Dismissing Republican accusations against Eric Holder as "politics," CNN legal analyst Jeff Toobin claimed that allegations of corruption against the Attorney General have "not been proven at all, at least as far as I can tell."
Exasperated anchor Carol Costello teed him up by wondering why Republicans in Congress won't believe the Attorney General's admitted ignorance of tactics used in the infamous "Fast and Furious" operation. "Eric Holder has testified before the House Judiciary Committee nine times. Each time he has admitted 'Fast and Furious' was a dreadful mistake, and each time Holder says he was unaware of the tactics of the operation," she insisted.
Has Holder really acknowledged the scandal and admitted ignorance during all nine testimonies before Congress? In February, when Holder was asked if the operation was a "mistake," he did not say that it was, but rather that he would have "modified" it.
And when offered a chance to apologize to the family of murdered border patrol agent Brian Terry, at whose scene of death the guns appeared that were involved in the operation, Holder would not apologize. He expressed "regret" and insisted that the operation may not have led directly to Terry's death.
"I think this is mostly show business one way or another," Toobin said of Republican threats to hold the Attorney General in contempt.
A transcript of the segment, which aired on June 13 on CNN Newsroom at 10:09 a.m. EDT, is as follows:
CAROL COSTELLO: So what I'd like you to do is douse us with reality, because this has become very partisan, this argument over Eric Holder. Eric Holder has testified before the House Judiciary Committee nine times. Each time he has admitted "Fast and Furious" was a dreadful mistake, and each time Holder says he was unaware of the tactics of the operation. Why don't Republicans believe him?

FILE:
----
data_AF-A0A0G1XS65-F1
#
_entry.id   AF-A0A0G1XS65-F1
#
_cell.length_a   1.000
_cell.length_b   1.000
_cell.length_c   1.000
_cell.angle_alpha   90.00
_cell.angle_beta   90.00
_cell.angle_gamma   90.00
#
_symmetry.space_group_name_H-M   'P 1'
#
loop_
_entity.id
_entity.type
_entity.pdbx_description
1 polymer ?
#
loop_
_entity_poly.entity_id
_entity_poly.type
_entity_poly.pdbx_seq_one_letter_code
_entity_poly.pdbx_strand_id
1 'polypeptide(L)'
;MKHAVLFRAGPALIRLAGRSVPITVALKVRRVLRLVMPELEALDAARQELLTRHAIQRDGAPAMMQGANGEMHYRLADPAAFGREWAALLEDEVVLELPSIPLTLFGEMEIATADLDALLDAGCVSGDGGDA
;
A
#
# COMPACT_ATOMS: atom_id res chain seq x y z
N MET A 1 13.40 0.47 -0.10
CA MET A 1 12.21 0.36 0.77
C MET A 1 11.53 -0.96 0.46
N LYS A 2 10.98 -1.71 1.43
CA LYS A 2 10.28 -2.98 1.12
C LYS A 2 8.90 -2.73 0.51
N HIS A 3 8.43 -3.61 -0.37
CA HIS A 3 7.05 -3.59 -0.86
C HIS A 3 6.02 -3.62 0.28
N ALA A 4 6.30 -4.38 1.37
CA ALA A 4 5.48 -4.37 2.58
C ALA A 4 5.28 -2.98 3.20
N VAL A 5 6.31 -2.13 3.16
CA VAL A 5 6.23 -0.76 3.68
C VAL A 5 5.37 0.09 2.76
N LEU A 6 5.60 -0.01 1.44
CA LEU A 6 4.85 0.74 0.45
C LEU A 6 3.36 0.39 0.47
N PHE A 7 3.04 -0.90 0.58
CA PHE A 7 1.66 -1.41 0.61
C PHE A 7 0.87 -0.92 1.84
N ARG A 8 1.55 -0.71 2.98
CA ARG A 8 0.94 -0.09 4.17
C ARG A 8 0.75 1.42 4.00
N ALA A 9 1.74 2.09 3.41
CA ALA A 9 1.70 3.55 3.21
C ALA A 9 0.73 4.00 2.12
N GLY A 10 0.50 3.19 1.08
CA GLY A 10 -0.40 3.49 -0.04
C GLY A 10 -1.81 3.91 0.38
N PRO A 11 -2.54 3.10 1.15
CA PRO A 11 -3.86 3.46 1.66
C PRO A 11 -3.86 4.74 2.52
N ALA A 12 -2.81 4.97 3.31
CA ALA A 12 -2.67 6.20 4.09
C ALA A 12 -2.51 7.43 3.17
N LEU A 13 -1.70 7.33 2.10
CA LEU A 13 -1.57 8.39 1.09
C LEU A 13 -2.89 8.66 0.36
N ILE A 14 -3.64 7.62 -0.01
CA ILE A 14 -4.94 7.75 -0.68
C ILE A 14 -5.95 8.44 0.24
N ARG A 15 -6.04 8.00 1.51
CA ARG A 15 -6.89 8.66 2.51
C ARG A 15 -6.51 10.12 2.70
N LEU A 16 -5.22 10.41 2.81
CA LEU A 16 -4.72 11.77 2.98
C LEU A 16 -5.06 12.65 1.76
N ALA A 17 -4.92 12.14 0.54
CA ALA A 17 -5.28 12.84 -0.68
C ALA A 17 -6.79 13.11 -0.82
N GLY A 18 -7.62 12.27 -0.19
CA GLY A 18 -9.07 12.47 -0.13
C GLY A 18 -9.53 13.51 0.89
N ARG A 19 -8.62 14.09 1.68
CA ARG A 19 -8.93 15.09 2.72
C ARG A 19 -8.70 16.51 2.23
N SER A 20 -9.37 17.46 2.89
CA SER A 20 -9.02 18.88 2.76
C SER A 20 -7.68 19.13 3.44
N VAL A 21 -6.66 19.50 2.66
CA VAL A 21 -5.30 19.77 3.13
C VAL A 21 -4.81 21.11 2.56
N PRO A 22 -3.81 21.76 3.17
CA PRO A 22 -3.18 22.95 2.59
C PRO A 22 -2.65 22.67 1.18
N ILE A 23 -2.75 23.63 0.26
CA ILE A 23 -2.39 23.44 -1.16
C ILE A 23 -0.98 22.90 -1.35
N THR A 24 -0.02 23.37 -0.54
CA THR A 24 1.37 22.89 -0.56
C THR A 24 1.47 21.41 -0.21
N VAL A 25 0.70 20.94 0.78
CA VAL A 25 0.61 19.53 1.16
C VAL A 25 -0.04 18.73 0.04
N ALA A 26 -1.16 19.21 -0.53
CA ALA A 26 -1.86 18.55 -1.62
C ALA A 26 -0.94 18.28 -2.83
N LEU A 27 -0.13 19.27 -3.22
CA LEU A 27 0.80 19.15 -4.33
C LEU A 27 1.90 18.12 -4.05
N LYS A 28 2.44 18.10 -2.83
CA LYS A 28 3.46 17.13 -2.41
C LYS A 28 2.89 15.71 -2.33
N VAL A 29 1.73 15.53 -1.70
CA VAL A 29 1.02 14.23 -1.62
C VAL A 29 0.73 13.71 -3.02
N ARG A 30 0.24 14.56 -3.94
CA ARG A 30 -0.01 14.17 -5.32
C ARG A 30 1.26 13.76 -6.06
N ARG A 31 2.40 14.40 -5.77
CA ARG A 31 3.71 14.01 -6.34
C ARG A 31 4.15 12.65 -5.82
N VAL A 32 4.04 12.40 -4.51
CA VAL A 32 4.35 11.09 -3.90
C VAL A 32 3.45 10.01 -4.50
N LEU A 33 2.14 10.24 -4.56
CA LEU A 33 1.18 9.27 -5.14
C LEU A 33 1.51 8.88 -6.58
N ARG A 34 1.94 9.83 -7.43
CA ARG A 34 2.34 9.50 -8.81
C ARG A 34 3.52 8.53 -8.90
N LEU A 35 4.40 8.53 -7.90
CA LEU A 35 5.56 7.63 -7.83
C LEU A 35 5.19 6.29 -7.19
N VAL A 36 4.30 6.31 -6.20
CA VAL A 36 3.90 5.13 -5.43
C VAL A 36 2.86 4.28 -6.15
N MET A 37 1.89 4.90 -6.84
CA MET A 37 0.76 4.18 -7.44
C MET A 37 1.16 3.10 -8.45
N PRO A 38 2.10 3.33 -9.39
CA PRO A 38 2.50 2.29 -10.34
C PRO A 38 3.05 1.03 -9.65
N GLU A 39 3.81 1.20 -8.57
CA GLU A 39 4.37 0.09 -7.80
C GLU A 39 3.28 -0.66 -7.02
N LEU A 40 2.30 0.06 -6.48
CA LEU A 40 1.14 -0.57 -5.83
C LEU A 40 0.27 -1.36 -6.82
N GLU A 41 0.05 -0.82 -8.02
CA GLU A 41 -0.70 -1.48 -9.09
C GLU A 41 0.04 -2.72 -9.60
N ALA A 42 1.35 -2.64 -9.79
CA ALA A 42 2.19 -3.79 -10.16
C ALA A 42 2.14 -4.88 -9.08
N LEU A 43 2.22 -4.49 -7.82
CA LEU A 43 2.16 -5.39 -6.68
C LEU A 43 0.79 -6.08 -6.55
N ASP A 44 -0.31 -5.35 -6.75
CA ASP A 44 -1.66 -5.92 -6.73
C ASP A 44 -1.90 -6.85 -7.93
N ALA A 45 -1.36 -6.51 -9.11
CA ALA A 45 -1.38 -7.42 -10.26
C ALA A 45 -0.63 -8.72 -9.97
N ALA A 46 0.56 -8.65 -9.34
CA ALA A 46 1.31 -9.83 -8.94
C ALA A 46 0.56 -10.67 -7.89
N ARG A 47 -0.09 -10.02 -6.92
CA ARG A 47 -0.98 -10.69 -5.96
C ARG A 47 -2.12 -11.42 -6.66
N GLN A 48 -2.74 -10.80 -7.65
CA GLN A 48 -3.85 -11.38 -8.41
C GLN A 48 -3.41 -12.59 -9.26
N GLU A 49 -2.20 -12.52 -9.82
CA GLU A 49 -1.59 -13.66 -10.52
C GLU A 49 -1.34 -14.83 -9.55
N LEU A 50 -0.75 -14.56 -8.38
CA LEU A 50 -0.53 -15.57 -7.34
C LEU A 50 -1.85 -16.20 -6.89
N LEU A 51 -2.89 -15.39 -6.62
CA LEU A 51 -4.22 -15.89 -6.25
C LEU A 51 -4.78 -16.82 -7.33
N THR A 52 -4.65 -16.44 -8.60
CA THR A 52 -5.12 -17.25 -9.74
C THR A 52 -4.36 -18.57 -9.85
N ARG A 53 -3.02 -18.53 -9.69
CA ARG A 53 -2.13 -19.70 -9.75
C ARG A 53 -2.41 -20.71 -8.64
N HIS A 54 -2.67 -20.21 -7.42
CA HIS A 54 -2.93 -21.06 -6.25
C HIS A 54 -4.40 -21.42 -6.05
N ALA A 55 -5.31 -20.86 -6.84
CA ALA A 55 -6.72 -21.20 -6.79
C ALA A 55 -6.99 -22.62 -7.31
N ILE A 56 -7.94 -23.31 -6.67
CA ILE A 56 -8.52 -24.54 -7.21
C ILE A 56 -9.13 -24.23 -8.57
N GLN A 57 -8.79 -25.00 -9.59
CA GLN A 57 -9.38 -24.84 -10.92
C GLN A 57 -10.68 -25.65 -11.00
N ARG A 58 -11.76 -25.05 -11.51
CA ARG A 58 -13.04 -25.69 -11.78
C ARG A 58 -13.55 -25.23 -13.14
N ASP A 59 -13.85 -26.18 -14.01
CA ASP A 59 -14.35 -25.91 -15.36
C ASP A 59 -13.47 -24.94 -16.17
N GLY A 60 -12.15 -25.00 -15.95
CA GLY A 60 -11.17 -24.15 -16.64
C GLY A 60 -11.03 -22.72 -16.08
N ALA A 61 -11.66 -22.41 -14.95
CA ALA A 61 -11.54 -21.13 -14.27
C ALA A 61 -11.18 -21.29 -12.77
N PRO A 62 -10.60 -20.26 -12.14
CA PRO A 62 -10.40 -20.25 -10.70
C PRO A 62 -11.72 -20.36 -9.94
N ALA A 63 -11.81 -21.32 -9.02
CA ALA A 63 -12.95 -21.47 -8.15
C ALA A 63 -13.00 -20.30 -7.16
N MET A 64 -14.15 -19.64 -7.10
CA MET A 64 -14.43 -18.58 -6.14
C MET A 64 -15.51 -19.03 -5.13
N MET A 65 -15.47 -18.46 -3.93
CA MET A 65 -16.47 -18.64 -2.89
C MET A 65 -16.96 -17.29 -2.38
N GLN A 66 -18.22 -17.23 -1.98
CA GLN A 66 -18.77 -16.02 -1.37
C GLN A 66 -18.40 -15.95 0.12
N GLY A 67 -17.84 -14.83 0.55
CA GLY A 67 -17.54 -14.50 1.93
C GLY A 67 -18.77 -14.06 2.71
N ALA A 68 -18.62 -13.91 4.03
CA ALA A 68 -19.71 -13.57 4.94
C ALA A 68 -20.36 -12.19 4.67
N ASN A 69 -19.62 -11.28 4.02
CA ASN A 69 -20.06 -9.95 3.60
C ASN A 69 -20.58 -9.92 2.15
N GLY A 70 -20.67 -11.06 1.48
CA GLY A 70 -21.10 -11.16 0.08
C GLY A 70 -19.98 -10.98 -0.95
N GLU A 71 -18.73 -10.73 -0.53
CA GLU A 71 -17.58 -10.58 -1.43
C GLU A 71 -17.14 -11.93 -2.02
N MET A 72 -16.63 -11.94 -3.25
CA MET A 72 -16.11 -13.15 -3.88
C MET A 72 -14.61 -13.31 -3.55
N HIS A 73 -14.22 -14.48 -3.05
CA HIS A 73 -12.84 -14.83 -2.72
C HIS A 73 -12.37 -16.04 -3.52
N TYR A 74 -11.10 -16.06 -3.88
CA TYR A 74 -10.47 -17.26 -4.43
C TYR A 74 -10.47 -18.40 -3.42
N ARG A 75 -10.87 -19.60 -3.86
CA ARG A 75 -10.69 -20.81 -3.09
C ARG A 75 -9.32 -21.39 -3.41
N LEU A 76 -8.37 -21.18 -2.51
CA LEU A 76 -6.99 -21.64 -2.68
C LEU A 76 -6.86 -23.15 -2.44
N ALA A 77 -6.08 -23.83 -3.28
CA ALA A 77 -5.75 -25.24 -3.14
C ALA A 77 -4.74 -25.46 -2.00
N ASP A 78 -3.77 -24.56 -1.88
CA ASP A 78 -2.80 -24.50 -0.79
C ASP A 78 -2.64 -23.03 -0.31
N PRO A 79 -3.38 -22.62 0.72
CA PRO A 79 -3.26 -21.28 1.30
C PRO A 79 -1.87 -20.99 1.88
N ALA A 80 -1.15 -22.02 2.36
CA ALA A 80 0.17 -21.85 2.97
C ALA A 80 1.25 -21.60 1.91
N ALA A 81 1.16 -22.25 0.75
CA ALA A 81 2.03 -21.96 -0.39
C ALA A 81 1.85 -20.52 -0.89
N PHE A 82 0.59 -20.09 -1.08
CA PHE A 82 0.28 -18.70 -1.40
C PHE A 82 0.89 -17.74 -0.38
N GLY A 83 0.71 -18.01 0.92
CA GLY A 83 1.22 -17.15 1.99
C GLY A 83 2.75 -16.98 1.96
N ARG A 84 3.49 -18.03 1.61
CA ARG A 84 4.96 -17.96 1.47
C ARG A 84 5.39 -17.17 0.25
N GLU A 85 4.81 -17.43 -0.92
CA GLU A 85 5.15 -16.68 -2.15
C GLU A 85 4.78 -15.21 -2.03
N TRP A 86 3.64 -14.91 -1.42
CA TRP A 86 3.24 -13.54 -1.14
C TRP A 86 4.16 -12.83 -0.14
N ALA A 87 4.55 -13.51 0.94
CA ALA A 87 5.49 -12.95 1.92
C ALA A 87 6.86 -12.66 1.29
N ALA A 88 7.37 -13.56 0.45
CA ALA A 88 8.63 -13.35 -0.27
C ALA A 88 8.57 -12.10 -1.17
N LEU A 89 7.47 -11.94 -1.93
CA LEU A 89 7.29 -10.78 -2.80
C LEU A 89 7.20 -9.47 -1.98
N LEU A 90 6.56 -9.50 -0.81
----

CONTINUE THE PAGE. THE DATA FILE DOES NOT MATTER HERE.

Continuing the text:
JEFFREY TOOBIN, CNN senior legal analyst: Well, this is really much more to be filed in the category of politics than law. I think, you know, this was a terribly conceived plan. It is worth pointing out, as you just did, it started in 2006 in the Bush administration, but it was continued in the Obama administration, and it was a bad idea. The heart of the complaint by the Republicans against Holder is that he is somehow covering up his role in it and there's a big dispute over documents. Has the Justice Department produced all the documents that the congressional Republicans want?
Now, this is really a traditional fight between the legislative branch and the executive branch. They are often fighting over which documents can be made available to Congress. But the idea that there is some sort of corruption here that there is something sinister has not been proven at all, at least as far as I can tell.
COSTELLO: So then why doesn't Holder just turn over the documents?
TOOBIN: Well, he has turned over a great many documents. One of the ways that the Justice Department and the Congress always fights is, Justice Department says, look, there are certain internal documents that are not Congress' business. That are not subject to congressional investigation. That came up in the Bush administration. It's coming up now. That is the heart of the dispute that's going on now.
COSTELLO: So Republican lawmakers are threatening to hold Holder in contempt. Holder says that would create a constitutional crisis. So would it?
TOOBIN: I don't think so. I think this is mostly show business one way or another. I think it would be embarrassing for Holder. It would be unpleasant. And I think that's really the goal of what's going on here. Eric Holder, despite the wishes of apparently some in Congress is not going to be hauled off in handcuffs. This is likely to peter along until the end of President Obama's term, or his first term. And then presumably Eric Holder will leave at the end of this term. He has more or less given a signal he's not going to stay on, but I don't think there's going to be any sort of constitutional crisis, or for better or worse any resolution, until the election.